XPS can determine the chemical environment inside a sample, which affects the photoelectrons’ binding energy, and can detect elements with approximately 0.1 %-1 % limits. It also provides information beyond material analysis; for instance, while polypropylene and polyethylene have the same C 1s spectra, their different XPS spectra enable distinguishing between the two polymers.2

Additionally, PES can be used to analyze the intrinsic mechanisms of a material. It explains deviations in superconducting transition temperatures and increases in thermal stability, strength, and hardness in multicomponent transition metal glasses with rising mixing entropy. In the case of alloying, UPS can reveal reliable information regarding the density of states at the Fermi level.1

UPS data can determine a material’s work function and ionization energy, which is crucial for understanding a chemisorbate’s interface with a sample or measuring the band structure of an inorganic/organic semiconductor.3 UPS plays a significant role in constructing energy band representations for electronic devices like photovoltaic cells and light-emitting diodes.2

Challenges and Considerations

Despite technical advances, PES techniques face multiple challenges. Their extreme sensitivity is beneficial for material investigation but poses a significant challenge in sample preparation since spectra for specimens prepared in air and UHV generally do not match.3 Extreme care is therefore required to prevent surface contamination, which is more problematic in UPS, as it is more sensitive than XPS.2

Surface charges on a sample hinder PES measurement, especially in insulating samples, thereby requiring charge neutralizers.2 Additionally, the low kinetic energies of photoelectrons make them vulnerable to electric and magnetic fields, affecting the reliability of results.3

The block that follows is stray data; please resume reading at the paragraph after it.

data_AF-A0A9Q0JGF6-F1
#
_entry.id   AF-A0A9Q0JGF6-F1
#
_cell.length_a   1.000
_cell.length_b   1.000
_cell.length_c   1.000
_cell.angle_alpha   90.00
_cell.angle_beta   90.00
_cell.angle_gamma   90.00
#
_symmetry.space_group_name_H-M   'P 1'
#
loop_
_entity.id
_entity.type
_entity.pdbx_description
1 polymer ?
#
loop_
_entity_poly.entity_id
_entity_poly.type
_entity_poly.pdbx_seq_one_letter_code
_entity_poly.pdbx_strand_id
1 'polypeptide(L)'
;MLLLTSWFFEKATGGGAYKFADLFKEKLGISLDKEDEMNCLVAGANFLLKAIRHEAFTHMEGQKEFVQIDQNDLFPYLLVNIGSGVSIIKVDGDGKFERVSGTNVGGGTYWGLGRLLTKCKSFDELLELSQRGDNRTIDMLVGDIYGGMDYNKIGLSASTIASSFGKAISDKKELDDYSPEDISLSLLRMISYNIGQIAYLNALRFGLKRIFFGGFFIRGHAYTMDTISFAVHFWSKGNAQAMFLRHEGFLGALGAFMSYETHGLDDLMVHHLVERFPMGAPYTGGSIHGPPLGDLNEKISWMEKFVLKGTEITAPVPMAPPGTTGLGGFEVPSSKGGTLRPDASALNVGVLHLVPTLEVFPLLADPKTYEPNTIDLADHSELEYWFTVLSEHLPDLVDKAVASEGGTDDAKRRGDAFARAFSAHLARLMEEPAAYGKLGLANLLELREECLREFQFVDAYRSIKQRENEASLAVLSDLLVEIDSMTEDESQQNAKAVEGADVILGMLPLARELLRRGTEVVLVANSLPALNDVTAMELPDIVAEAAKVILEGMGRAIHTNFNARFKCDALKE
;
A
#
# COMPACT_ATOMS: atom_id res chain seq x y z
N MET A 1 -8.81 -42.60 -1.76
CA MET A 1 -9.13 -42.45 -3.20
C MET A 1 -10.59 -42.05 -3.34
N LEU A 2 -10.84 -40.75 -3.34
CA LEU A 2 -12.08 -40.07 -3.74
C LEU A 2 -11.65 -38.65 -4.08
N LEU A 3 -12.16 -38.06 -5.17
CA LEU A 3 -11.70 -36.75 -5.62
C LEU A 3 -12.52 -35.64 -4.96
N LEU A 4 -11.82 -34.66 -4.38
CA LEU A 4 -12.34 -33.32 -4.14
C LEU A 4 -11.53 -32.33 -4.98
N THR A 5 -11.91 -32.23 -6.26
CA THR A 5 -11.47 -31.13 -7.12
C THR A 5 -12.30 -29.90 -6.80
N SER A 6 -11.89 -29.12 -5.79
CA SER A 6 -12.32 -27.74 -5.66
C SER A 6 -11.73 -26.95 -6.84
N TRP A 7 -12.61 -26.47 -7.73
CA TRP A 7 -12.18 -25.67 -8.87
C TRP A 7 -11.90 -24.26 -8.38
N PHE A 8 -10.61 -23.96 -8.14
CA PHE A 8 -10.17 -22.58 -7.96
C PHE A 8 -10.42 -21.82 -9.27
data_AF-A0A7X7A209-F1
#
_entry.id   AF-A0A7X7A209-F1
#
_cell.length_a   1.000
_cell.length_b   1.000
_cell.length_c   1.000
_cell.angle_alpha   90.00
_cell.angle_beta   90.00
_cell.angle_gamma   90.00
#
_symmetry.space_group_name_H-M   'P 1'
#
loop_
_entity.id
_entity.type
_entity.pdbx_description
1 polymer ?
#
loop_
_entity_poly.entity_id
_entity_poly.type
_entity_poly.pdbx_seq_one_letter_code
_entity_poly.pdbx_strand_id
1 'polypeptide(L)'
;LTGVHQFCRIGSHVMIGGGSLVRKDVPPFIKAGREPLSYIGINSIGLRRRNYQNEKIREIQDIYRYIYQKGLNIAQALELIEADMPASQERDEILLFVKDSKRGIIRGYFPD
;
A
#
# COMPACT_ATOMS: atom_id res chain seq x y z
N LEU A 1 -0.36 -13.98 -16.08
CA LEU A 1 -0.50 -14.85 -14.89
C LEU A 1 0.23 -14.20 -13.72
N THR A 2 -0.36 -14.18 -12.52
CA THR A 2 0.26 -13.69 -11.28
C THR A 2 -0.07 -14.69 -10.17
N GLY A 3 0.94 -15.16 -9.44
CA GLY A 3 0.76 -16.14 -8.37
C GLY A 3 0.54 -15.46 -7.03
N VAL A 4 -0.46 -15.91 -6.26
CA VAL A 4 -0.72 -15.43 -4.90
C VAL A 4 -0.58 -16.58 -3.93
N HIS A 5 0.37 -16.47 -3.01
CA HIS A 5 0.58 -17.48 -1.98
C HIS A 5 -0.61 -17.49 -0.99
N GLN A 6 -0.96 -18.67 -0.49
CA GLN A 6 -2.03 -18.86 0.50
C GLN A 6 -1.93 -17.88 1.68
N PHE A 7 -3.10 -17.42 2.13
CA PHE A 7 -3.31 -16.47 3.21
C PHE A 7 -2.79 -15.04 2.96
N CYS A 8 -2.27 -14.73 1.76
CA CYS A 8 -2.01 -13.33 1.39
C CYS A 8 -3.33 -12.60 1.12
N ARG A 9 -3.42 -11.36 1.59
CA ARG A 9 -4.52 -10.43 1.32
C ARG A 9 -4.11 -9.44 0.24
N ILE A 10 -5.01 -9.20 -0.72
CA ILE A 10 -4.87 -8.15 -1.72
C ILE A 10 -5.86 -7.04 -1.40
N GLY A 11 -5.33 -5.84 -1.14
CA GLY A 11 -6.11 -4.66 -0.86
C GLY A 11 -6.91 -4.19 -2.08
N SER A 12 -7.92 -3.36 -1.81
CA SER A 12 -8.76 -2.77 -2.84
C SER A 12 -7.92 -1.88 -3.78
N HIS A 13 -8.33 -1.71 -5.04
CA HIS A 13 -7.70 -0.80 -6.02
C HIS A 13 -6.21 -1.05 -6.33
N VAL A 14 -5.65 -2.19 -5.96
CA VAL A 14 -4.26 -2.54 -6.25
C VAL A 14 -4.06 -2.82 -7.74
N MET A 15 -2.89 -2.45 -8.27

PES techniques have a lateral resolution of a few micrometers, which is informative but not comparable to other methods such as energy dispersive spectroscopy or Auger electron spectroscopy.2 Moreover, PES can reveal only limited information about amorphous materials.1

Data interpretation of PES techniques generally requires samples of various thicknesses on multiple substrate types and occasionally at different incident beam intensities or bias voltages. Furthermore, a full interpretation of PES spectra is often obtained through molecular modeling.3

Future Outlooks   

Significant efforts are being made to overcome the challenges of PES techniques and to help users quickly obtain reliable results.

A recent article in Surface and Interface Analysis detailed efforts to enhance XPS analysis quality with increasing usage. It focused on three issues: providing detailed guides and information for beginners, improving data and analysis reporting, and addressing peak fitting problems. Providing useful information incrementally, along with examples, is being considered in a paper series on challenges in PES-based surface analysis.4